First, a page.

"If you'd asked me 10 years ago - or three years ago - I would have said it will be a long, slow slog," he said. "And now, it looks like it might happen faster than any of us believed."

President Obama recently took a prime-time news conference question on marijuana legalization - and laughingly sidestepped the question. But among the very serious items driving the public debate is California Assemblyman Tom Ammiano's bill to tax and regulate the drug - an idea that polls suggest is no longer out of the mainstream.

The findings of a February Rasmussen poll showed 40 percent of Americans support legalizing the drug, with 46 percent opposed and 14 percent unsure.

54% in state favor legalization

A new California poll by Oakland EMC Research specifically tracked state voters' attitudes on marijuana use, taxation and legalization.

Alex Evans, president and founder of EMC, said his firm has done the same study for years for Oaksterdam University, an Oakland medical marijuana dispensary and education group, but 2009 marks the first time the poll showed that a clear majority of state voters, 54 percent, say the drug should be legalized, compared with 39 percent opposed. (The poll of 551 likely voters was taken March 16-21 and has a margin of error of 4.2 percentage points.)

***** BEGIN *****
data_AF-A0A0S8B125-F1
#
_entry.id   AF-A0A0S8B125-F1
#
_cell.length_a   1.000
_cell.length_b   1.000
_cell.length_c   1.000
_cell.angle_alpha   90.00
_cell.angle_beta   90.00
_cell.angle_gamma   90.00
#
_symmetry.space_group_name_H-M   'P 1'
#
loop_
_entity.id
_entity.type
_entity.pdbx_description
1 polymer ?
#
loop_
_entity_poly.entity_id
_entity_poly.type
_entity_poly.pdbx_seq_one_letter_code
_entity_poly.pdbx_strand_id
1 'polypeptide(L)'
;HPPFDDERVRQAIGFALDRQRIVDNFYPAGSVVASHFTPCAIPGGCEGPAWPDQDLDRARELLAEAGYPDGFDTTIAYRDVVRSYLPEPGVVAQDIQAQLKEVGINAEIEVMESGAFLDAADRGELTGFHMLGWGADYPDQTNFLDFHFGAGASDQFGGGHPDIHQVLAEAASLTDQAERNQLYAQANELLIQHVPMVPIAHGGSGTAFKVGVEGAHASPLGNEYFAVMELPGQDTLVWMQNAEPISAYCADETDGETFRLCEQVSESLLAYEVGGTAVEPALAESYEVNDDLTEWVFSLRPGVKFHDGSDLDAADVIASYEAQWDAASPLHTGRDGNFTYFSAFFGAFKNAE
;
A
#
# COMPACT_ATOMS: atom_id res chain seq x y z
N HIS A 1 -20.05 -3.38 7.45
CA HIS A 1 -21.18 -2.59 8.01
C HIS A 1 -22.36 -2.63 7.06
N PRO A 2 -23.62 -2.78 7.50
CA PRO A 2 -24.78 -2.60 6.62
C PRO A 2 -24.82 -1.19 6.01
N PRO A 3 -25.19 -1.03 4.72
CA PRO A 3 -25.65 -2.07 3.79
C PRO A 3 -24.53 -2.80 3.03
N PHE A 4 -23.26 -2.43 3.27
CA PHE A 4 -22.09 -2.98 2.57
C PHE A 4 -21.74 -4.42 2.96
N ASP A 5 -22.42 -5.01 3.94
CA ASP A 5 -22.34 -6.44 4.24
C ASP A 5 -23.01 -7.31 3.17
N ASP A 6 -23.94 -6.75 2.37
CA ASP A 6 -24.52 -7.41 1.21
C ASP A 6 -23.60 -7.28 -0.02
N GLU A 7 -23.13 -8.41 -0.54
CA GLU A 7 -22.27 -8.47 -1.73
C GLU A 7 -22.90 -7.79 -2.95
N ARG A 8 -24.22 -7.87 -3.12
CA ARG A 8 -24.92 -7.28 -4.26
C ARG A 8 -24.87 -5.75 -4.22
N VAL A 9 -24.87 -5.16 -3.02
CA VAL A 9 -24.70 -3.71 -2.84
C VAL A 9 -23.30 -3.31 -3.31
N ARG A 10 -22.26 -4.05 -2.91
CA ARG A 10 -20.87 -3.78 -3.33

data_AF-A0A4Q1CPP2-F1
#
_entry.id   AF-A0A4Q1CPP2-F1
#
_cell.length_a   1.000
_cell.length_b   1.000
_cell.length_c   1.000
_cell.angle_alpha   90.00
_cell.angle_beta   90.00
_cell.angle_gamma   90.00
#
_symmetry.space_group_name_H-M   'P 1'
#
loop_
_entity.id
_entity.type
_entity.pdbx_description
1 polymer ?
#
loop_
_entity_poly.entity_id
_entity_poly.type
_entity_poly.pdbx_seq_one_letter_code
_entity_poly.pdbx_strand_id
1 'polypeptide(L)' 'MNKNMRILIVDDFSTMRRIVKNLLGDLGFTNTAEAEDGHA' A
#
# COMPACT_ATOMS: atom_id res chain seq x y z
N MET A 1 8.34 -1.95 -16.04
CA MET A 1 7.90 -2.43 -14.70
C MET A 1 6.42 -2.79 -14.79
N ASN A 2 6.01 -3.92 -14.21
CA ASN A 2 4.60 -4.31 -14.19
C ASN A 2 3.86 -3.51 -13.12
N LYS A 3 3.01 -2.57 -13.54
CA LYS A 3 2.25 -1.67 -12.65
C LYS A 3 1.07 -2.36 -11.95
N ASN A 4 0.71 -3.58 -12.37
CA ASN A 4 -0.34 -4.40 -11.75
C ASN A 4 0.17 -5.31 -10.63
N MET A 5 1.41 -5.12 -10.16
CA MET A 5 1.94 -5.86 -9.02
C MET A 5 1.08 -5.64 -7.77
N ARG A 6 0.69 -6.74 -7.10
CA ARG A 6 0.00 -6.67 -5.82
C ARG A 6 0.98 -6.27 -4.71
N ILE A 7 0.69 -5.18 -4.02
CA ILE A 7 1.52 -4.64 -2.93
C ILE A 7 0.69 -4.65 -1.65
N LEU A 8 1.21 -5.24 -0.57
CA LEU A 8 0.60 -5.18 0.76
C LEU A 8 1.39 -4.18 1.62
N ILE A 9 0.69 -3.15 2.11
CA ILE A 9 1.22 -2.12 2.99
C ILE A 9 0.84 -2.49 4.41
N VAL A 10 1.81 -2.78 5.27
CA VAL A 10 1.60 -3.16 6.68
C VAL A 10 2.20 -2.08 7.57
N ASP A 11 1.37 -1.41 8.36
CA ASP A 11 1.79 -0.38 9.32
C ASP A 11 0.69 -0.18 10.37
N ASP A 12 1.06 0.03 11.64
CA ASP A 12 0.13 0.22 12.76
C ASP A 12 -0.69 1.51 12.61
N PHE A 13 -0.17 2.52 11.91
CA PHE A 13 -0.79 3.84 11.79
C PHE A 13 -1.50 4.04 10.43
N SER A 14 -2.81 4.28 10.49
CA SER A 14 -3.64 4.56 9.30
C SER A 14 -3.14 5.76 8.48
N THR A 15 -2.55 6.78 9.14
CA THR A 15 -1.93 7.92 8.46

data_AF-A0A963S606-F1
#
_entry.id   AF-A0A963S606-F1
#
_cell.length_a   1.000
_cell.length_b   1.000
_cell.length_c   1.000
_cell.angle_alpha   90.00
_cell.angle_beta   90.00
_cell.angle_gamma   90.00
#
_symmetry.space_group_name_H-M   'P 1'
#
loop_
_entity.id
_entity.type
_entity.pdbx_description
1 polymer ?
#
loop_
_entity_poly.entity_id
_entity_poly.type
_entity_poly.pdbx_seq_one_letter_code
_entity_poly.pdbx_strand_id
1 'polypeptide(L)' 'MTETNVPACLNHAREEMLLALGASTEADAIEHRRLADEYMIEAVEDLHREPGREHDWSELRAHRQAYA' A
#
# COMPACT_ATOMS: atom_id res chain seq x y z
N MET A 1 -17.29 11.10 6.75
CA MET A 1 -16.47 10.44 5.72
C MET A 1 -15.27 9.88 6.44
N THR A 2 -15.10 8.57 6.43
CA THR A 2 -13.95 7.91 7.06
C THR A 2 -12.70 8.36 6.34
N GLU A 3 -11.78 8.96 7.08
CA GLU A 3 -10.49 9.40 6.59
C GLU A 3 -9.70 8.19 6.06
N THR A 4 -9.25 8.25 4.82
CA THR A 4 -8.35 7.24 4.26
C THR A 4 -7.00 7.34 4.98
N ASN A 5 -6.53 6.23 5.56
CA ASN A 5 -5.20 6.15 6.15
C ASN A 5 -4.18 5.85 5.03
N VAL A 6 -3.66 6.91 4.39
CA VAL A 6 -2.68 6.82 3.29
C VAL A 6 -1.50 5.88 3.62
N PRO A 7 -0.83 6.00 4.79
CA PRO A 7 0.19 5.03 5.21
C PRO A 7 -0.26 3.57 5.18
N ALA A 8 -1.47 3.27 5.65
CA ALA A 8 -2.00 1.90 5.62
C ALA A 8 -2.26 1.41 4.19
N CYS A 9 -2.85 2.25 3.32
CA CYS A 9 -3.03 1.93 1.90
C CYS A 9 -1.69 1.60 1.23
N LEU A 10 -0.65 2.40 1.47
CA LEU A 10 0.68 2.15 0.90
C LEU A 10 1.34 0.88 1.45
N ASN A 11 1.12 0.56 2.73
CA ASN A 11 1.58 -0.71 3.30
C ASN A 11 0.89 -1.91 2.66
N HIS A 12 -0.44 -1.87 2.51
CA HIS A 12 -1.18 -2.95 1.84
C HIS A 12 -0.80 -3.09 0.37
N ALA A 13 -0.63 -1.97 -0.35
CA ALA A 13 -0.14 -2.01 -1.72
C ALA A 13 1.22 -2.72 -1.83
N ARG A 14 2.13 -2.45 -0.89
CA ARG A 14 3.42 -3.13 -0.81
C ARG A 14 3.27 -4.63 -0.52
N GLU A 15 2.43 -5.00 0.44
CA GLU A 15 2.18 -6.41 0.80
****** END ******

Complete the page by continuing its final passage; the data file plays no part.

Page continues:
"Part of the explanation is people's good feelings about medical marijuana," he said. "It's demonstrated that it can work. People are growing in confidence that we can continue to make it more legal."

The shift appears to be driven by aging Baby Boomers' "own personal experience with cannabis," he said, especially their growing belief that "there's not much difference between that and alcohol ... it is leading them to support more of a tax-and-regulate attitude."

Some see pot as gateway drug

Opponents of legalization have long expressed concerns, saying that making marijuana legal will compound substance abuse problems, that it is a gateway drug that leads to use of harder drugs and that legalization would send the wrong message to children.